Ayaan Hirsi Ali: On Christianity
Above is a copy of Random House's Canadian release of Ayaan Hirsi Ali's most recent book, Nomad: From Islam to America. Notice the praise in the blurb from Richard Dawkins:
"This woman is a major hero of our times."Initially, I was struck by an apparent irony in the choice of Dawkins for this snippet since Ali goes on to say some positive things about Christianity, a religion that Dawkins has heavily criticized, but I then recalled that Dawkins himself retains a sort of cultural identity with Christianity. Not only has he called himself a "cultural Christian," but he has suggested -- though perhaps a bit facetiously -- the formation of an organization entitled "Atheists for Jesus":
Of course Jesus was a theist, but that is the least interesting thing about him. He was a theist because, in his time, everybody was. Atheism was not an option, even for so radical a thinker as Jesus. What was interesting and remarkable about Jesus was not the obvious fact that he believed in the God of his Jewish religion, but that he rebelled against many aspects of Yahweh's vengeful nastiness. At least in the teachings that are attributed to him, he publicly advocated niceness and was one of the first to do so. To those steeped in the Sharia-like cruelties of Leviticus and Deuteronomy; to those brought up to fear the vindictive, Ayatollah-like God of Abraham and Isaac, a charismatic young preacher who advocated generous forgiveness must have seemed radical to the point of subversion. No wonder they nailed him.I wonder whom Dawkins meant by "they" . . . the Romans? Because Jesus was 'nice'? Well, I won't delve into Dawkins's midrash on the gospel accounts today, but merely note that he would like to instrumentalize Christian beliefs, bringing Christian ethics "to genuinely good use" in people by "infecting them with niceness," for this is more or less Hirsi Ali's position on Christianity. In Nomad -- and I'm using the Free Press edition released just this year (2010) in the United States -- she notes three institution that could help ease the transition of millions of Muslims living in Europe today into Western culture:
I believe there are three institutions in Western society that could ease the transition into Western citizenship of these millions of nomads from the tribal cultures they are leaving. They are institutions that can compete with the agents of jihad for the hearts and minds of Muslims. (page xviii)These three are public education, the feminist movement, and Christian churches (pages xviii-xx). The third might be surprising to some people, but here's her reasoning:
The third and final institution I call on to rise to this challenge is the community of Christian churches. I myself have become an atheist, but I have encountered many Muslims who say they need a spiritual anchor in their lives. I have had the pleasure of meeting Christians whose concept of God is a far cry from Allah. Theirs is a reformed and partly secularized Christianity that could be a very useful ally in the battle against Islamic fanaticism. This modern Christian God is synonymous with love. His agents do not preach hatred, intolerance, and discord; this God is merciful, does not seek state power, and sees no competition with science. His followers view the Bible as a book full of parables, not direct commands to be obeyed. Right now, there are two extremes in Christianity, both of which are a liability to Western civilization. The first consists of those who damn the existence of other groups, They take the Bible literally and reject scientific explanations for the existence of man and nature in the name of "intelligent design." Such fundamentalist Christian groups invest a lot of time and energy in converting people. But much of what they preach is at odds with the core principles of the Enlightenment. At the other extreme are those who would appease Islam -- like the spiritual head of the Church of England, the Archbishop of Canterbury, who holds that the implementation of Shari'a in the UK is inevitable. Those who adhere to a moderate, peaceful, reformed Christianity are not as active as the first group nor as vocal as the second. They should be. The Christianity of love and tolerance remains one of the West's most powerful antidotes to the Islam of hate and intolerance. Ex-Muslims find Jesus Christ to be a more attractive and humane figure than Muhammad, the founder of Islam. (page xx)This is a fascinating if perhaps contradictory passage. The first group of Christians is criticized for its fundamentalism . . . and perhaps implicitly for investing so much "time and energy in converting people"? She dismisses the third group as dhimmis, though she doesn't use the term here, preferring to refer to these Christians by the more widely understood expression, "those who would appease Islam." She prefers the second group, presumably liberal Christians, and seems to want them to offer the "spiritual anchor" that many Muslims say that they need. In other words, she'd like this second group to convert Muslims to Christianity.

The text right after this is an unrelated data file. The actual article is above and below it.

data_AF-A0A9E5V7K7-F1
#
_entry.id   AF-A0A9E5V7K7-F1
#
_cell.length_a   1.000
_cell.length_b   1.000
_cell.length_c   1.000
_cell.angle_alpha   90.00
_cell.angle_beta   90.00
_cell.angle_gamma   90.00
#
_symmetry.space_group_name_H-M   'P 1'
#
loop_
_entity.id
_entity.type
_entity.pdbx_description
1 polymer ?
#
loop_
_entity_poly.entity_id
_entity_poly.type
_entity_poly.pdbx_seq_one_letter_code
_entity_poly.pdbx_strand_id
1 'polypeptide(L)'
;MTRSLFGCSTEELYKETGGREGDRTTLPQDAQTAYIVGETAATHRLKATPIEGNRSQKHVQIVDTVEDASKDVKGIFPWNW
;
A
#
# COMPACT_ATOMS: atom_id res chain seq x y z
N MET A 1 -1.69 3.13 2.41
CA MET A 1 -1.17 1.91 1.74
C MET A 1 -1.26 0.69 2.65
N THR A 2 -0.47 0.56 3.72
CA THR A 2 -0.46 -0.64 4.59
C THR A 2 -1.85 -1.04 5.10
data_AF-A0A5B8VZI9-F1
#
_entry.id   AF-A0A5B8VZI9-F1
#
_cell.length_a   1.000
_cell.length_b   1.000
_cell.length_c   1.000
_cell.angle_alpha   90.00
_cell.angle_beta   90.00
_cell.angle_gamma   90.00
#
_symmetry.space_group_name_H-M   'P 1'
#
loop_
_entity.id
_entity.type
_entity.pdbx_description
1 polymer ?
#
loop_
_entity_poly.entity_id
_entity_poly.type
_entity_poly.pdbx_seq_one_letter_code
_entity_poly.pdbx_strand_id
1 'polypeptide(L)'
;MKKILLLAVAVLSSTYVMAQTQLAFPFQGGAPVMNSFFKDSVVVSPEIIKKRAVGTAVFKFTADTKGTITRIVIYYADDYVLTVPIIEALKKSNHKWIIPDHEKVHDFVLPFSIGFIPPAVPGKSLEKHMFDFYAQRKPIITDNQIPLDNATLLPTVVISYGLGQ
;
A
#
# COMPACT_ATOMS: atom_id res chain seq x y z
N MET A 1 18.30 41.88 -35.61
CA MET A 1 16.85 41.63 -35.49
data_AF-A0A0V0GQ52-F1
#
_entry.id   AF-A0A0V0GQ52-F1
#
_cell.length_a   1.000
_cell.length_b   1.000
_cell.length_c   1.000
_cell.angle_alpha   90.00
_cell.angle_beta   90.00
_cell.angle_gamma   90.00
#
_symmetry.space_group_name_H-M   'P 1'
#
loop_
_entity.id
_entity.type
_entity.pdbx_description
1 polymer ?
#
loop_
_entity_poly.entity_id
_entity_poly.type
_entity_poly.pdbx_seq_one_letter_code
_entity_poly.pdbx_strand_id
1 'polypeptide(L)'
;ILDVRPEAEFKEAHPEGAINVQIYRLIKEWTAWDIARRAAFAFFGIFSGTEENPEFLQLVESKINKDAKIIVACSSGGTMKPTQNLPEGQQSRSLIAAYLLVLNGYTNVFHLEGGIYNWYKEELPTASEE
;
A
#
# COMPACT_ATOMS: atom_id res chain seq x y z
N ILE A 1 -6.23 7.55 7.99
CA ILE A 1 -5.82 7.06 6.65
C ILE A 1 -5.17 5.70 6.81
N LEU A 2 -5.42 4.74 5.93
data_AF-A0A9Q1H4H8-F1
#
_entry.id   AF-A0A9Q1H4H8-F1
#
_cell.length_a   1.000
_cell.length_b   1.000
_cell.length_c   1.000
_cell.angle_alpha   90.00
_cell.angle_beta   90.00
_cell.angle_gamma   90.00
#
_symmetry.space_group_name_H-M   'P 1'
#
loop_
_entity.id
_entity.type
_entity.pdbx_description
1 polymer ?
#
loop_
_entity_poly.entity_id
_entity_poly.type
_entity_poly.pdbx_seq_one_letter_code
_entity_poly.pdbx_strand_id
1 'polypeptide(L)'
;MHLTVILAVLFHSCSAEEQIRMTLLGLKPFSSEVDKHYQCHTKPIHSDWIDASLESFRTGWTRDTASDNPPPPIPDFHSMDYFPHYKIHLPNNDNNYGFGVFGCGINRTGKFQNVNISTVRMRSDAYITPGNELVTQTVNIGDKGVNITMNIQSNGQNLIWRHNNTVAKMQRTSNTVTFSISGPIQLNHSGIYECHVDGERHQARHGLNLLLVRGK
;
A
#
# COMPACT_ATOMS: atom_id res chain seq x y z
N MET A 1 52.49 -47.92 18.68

I suppose that there's nothing wrong in Ms. Hirsi Ali wishing for this, but I should perhaps note that to the extent that conversions are taking place from Islam to Christianity, they seem to be doing so through the efforts of the first group, those Christians whom she terms "fundamentalist."
I don't have a copy of Nomad and haven't read the book, but I've looked through it at Amazon Books and seen that Ms. Hirsi Ali has some other interesting remarks on Christianity, including the Pope's views on religion and reason, and for those who are interested, go to Amazon's Nomad page and search the text for her views on "Christianity" and "Catholicism," among other things.
Her nomadic life is certainly taking her to places where she offers some rather intriguing observations . . .